There are few companies that have as much raw material for interesting stories as Marvel. You can see that play out in Marvel Champion: The Card Game. Again, I’ll borrow from the Board Game Geek page to describe the game.

Iron Man and Black Panther team up to stop Rhino from rampaging through the streets of New York. Captain Marvel and Spider-Man battle Ultron as he threatens global annihilation. Do you have what it takes to join the ranks of these legendary heroes and become a champion?

Marvel Champions: The Card Game invites players embody iconic heroes from the Marvel Universe as they battle to stop infamous villains from enacting their devious schemes. As a Living Card Game, Marvel Champions is supported with regular releases of new product, including new heroes and scenarios.

4. Cthulhu: Death May Die ($80.89 on Amazon)

I don’t know if you can tell, but this game has got a bit of an edge to it. Cthulhu: Death May Die feels like it crawled straight out of an H.P. Lovecraft novel. It’s a cooperative game where you and your fellow players are investigators seeking the summon the Elder Gods. Also, you start the game completely insane.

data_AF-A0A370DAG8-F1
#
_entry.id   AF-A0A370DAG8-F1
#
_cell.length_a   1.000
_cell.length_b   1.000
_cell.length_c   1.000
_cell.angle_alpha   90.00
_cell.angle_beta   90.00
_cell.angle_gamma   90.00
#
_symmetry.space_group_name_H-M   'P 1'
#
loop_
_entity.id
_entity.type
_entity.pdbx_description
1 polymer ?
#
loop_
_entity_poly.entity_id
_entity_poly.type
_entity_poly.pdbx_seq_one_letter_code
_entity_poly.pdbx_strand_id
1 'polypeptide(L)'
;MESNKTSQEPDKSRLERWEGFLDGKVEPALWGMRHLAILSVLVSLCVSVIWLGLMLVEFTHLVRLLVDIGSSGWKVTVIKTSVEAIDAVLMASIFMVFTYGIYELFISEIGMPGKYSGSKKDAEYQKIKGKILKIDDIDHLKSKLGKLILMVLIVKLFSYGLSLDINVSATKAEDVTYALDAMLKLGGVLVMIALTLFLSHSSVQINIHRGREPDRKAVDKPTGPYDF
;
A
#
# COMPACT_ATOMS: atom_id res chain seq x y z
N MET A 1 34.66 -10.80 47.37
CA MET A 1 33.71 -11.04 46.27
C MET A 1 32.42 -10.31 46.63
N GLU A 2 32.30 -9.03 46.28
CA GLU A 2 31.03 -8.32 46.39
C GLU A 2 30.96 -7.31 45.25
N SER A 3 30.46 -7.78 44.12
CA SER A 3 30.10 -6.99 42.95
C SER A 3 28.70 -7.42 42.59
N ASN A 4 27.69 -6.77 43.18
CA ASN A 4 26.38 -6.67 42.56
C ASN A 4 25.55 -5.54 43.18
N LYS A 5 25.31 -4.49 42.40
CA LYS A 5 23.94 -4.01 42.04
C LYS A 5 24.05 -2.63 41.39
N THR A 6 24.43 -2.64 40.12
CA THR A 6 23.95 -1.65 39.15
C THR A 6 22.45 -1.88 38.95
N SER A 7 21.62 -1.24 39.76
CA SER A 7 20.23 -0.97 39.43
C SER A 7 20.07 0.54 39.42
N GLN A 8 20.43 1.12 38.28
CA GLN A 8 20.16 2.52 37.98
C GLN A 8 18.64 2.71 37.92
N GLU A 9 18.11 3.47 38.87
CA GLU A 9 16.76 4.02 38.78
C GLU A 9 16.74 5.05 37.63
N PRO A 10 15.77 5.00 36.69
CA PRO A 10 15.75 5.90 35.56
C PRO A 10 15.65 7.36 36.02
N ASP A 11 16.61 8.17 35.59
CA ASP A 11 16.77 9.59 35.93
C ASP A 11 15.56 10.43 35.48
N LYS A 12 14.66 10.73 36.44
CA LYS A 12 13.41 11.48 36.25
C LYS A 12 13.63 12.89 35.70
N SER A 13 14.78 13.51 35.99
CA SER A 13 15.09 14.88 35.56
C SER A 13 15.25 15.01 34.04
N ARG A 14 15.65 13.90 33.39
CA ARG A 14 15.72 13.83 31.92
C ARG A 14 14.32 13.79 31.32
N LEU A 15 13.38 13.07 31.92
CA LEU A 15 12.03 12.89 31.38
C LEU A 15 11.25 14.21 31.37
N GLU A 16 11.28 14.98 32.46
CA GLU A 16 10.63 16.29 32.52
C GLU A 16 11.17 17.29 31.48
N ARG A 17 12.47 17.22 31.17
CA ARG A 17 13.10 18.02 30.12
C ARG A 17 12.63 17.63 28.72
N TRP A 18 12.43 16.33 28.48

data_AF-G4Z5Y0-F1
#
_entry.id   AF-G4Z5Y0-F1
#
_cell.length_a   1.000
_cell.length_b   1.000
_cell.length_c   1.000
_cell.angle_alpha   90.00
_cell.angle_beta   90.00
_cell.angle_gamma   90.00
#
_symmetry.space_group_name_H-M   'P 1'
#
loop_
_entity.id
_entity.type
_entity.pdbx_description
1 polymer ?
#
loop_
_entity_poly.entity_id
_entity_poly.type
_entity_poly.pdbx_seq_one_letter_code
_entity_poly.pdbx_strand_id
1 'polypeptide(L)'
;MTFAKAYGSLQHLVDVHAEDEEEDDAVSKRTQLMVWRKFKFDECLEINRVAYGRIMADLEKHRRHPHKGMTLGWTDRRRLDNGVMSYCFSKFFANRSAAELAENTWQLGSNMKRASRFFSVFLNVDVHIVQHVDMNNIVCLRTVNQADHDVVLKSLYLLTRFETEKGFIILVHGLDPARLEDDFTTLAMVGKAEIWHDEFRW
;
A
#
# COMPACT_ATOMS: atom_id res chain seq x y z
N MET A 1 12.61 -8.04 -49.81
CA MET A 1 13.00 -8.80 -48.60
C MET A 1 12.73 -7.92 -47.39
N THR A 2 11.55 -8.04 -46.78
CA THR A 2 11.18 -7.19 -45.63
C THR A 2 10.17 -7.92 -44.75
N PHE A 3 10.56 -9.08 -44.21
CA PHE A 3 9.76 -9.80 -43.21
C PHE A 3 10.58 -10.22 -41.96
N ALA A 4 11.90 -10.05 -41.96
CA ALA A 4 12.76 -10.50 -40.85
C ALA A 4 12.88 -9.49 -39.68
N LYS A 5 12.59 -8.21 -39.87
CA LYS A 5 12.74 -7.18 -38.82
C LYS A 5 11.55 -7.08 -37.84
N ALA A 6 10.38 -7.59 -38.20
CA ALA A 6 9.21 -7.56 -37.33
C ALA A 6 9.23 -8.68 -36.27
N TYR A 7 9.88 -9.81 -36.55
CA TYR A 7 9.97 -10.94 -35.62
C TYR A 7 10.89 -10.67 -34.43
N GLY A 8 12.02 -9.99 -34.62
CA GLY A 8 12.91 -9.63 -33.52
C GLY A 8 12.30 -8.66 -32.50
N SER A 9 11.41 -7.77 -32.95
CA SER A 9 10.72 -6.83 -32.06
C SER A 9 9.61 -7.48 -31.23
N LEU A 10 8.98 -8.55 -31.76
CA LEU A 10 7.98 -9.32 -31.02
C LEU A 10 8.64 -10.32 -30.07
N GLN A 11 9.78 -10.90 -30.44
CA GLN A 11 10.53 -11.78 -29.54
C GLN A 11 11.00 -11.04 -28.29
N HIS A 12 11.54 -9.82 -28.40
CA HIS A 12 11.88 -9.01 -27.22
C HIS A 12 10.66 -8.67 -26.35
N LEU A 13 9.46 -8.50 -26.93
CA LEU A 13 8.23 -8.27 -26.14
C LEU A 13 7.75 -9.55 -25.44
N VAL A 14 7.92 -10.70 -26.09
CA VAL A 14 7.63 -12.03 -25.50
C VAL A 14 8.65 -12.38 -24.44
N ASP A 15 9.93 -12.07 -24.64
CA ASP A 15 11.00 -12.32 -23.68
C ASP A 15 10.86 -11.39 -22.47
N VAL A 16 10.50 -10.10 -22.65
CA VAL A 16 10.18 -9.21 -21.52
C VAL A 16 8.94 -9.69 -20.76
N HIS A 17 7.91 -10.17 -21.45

This is an intense game, but with so many thematic miniatures and a total commitment to theme, this game has worked its way up The Hotness list and stayed there for a while.

3. Tapestry ($75.73 on Amazon)

Some of the most well-liked board games of all time are civilization games. One of the most well-liked board game designers is Jamey Stegmaier.

Jamey Stegmaier made a civilization game.

Enough said.

2. Gloomhaven ($86.50 on Amazon)

If you’ve ever stumbled across my greatest board games of all-time list, you know Gloomhaven is at the top. Seriously, it has been #1 on the Top 100 board games list on Board Game Geek for a long time now.

Gloomhaven is so massive that it’s hard to begin to describe why it’s good. It’s heavily story-driven, huge in size and scope like Through the Ages, and it has great components. The theme, backed up by lots of story, is incredibly in tune with gamers’ desires for rich, lived-in fantasy worlds. This game captures what gamers love about literally every other game above it in this article. Gloomhaven truly is the apotheosis of gamer desire.